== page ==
It can be easy to get discouraged when you’re in a prize dry spell. This can especially happen around the winter holidays time, when so many contests are ending, but you haven’t yet received any winning notices. And you may not until after the New Year, since people at the prize-award agencies may be on vacation until then. One way I find to keep my spirits up is to play music that celebrates winning while I’m entering contests. It helps me to visualize recieving the prizes I entered for, and to keep a positive attitude during dry spells and long notification waiting periods. Check out this song list “80 Songs About Victory, Celebration, Success, and Winning.” Did this list miss any? Let me know what songs most motivate you when entering sweepstakes!
You may know the broad basics of the problems and first amendment threats of ending net neutrality. But what does this decision mean for the hobby of sweepstaking?
- Sites not favored by the internet provider could see slower speeds. Waiting for you sweepstakes websites to load may become time consuming, cutting down on the total number of sweepstakes you will be able to enter in a day or an hour.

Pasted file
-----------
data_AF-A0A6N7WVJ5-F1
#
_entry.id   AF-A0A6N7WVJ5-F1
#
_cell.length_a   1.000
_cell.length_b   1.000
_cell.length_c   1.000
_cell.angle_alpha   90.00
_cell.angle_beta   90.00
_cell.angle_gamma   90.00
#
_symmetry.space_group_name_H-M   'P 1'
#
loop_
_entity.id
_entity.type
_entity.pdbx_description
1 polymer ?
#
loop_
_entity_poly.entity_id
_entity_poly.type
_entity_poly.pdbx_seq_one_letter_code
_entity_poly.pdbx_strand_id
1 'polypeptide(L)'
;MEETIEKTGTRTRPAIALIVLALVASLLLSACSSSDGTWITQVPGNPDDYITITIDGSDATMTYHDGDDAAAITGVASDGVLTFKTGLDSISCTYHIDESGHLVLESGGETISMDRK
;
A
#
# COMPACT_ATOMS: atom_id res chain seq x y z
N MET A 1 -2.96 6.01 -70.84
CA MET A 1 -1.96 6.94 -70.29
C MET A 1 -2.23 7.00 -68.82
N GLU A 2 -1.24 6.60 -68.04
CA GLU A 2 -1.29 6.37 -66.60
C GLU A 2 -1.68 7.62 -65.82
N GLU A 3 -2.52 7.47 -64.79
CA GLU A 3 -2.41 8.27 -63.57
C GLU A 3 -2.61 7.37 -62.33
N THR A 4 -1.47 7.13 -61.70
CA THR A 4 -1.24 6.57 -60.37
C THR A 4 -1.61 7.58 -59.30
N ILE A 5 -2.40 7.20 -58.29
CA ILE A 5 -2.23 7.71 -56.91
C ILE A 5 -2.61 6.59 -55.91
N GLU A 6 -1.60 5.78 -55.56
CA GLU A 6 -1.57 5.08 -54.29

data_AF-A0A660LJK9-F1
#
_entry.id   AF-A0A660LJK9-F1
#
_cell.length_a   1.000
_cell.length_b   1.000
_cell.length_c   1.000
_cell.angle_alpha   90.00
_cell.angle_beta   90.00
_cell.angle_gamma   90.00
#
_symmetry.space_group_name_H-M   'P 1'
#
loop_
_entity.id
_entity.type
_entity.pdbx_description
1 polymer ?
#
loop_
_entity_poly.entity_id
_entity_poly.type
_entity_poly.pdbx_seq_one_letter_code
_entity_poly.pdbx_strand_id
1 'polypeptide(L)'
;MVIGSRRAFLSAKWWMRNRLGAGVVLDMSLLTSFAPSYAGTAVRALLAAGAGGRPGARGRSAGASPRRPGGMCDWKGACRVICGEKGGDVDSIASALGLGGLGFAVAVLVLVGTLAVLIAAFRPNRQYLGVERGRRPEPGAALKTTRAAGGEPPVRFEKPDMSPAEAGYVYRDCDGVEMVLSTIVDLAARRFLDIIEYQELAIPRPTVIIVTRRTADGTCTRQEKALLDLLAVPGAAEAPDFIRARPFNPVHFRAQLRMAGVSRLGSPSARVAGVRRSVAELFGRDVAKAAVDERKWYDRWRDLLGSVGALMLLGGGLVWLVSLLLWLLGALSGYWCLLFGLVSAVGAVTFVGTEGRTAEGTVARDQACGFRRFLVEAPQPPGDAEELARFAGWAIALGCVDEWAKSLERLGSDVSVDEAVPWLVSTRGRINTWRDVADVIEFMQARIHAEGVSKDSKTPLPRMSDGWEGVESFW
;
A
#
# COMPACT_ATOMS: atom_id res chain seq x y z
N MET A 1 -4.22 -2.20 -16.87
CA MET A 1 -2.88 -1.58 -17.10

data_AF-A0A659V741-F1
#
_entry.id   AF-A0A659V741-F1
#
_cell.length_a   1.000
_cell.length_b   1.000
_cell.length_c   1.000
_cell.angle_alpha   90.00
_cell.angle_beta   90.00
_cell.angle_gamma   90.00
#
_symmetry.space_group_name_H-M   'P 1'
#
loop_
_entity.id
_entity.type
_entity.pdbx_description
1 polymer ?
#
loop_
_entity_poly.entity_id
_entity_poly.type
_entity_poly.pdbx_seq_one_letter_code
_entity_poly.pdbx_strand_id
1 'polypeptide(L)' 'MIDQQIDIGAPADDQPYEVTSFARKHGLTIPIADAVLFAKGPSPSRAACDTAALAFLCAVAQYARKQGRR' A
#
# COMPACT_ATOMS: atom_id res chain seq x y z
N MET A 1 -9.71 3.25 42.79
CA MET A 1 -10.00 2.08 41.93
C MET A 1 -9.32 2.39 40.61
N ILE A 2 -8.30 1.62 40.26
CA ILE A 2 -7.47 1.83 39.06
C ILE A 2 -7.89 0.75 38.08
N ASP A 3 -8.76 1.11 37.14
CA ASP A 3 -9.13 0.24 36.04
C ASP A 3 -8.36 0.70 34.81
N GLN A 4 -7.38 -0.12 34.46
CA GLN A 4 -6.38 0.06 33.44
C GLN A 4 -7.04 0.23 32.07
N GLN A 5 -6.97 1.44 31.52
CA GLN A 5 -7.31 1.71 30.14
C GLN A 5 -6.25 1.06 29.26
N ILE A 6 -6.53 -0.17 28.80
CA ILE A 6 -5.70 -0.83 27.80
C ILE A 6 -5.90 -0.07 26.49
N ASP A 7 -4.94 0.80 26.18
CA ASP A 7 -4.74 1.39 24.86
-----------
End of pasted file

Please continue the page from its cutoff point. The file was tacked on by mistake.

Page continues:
- In order to get faster speeds, sites may now pay money for that privilege. This could mean that smaller sweepstakes sites, such as low entry sweepstakes and those run by individuals and small companies, will start to disappear. If only large companies with money can afford to run sweepstakes, your entries will be put in a larger pool, cutting back your odds of winning.
- For sweepstakes conglomerate websites and blogs to keep up, free sites will likely no longer be free. They could be forced to charge in order to pay the higher rates for faster speeds. Sweepstakes secret sites for members that already charge a fee, may need to increase fees to keep up. And even after doing this, small sites may still not be able to afford to offer sweepstakes, and smaller sweepstakes sites may disappear.
- It will now be legal for internet providers to block certain tweets. For instance, if someone criticizes them on Twitter using a hashtag, the provider may block that tweet from ever reaching its intended audience. This may eventually trickle down to sweepstakes tweets, again allowing tweets for the larger, high-paying companies, and blocking tweets about smaller companies.
- Maybe one of the scariest parts of ending net neutrality is that Internet companies may now monitor everything you do online and sell that information to advertisers. If you think of how much junk e-mail entering sweepstakes creates, you could now be bombarded with advertisements from companies that bought your demographic information used to enter sweepstakes.
I don’t what to say, except this is a scary time for internet users, whether you are a sweepstaker or not. What are your thoughts?